One month on

A month ago today, on Thursday July 25th, Cuadrilla began moving equipment onto its exploratory drilling site near Balcombe in West Sussex. Anti-fracking campaigners gathered outside the gates and successfully stopped lorries getting into the site. By 11am, campaigners had established a camp on the verge alongside and vowed to stay overnight.

Since then, fracking became headline news around the world. Reclaim the Power set up a camp in a field near Balcombe for six days. About 2,000 people attended a protest march. The verge-side camp grew, as did the costs of policing and the media’s attention.

Protests outside Cuadrilla's site on Monday August 19th

Protests outside Cuadrilla’s site on Monday August 19th

More than 75 people were arrested, including MP Caroline Lucas, and more than 47 people were charged with varied offences under trades union, public order and highways legislation.

Photographers film campaigners outside Crawley Magistrates Court

Photographers film campaigners outside Crawley Magistrates Court

Despite all the attention, it is no easier to get to the truth about fracking. Over the next month this blog seeks to find answers to questions and question the answers that all sides have given about fracking. We’ll start with 10 key issues:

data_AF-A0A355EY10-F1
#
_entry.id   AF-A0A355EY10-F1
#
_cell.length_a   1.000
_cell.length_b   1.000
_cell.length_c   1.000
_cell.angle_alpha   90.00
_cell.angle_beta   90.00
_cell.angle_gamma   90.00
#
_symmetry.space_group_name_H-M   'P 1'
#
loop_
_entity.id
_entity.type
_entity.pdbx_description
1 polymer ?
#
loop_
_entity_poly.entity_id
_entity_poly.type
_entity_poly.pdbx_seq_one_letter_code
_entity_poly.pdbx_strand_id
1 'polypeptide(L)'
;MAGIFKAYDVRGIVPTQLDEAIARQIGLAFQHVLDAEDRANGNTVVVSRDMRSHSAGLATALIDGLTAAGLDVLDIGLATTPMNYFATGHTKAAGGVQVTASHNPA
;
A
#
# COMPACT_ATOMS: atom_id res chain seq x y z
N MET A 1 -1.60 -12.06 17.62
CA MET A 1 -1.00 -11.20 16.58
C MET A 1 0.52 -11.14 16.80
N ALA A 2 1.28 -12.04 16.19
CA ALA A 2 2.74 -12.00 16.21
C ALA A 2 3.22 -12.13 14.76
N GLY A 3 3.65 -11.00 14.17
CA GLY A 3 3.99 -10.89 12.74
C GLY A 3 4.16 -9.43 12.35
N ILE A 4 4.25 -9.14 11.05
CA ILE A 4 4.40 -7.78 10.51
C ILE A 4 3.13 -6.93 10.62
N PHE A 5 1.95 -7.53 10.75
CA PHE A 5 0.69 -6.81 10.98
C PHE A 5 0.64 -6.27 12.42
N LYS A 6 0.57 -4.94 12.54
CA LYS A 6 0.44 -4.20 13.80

1. Greenhouse gases Will the process of fracking to release shale gas actually result in lower greenhouse gas emissions? Or will methane releases make the problem worse?
  2. Fuel prices and national budgets What effect will shale gas exploitation have on energy prices and the balance of payments?
  3. Water How much water does it take to frack a well. Does the south east of England, in particular, have enough water to support the industry, should it go ahead?
  4. Pollution Does anyone know what the true risks are of polluting water aquifers?
  5. Scale How many wells are there likely to be if fracking goes ahead in the Sussex Weald?
  6. Knowledge Just how experimental is the technique that Cuadrilla wants to use in the Weald and how likely is it to work?
  7. Liability What would happen if something went wrong? Who would be liable? Does Cuadrilla Balcombe Ltd have enough money behind it to pay compensation? And how would local people prove that fracking was to blame?
  8. Democratic deficit How democratic has been the process of granting permissions, permits and licences? How many debates have there been about fracking in parliament and among local politicians? What would it take to stop a permit or permission? Is financial viability of fracking the only realistic restraint?
  9. Regulation Can the regulatory system – from granting permissions and permits to inspections – cope if fracking becomes widespread. Will the rules need to be relaxed?
  10. Licences How are licences awarded? How much do they cost? Where is the money coming from and where will it go if fracking succeeds?


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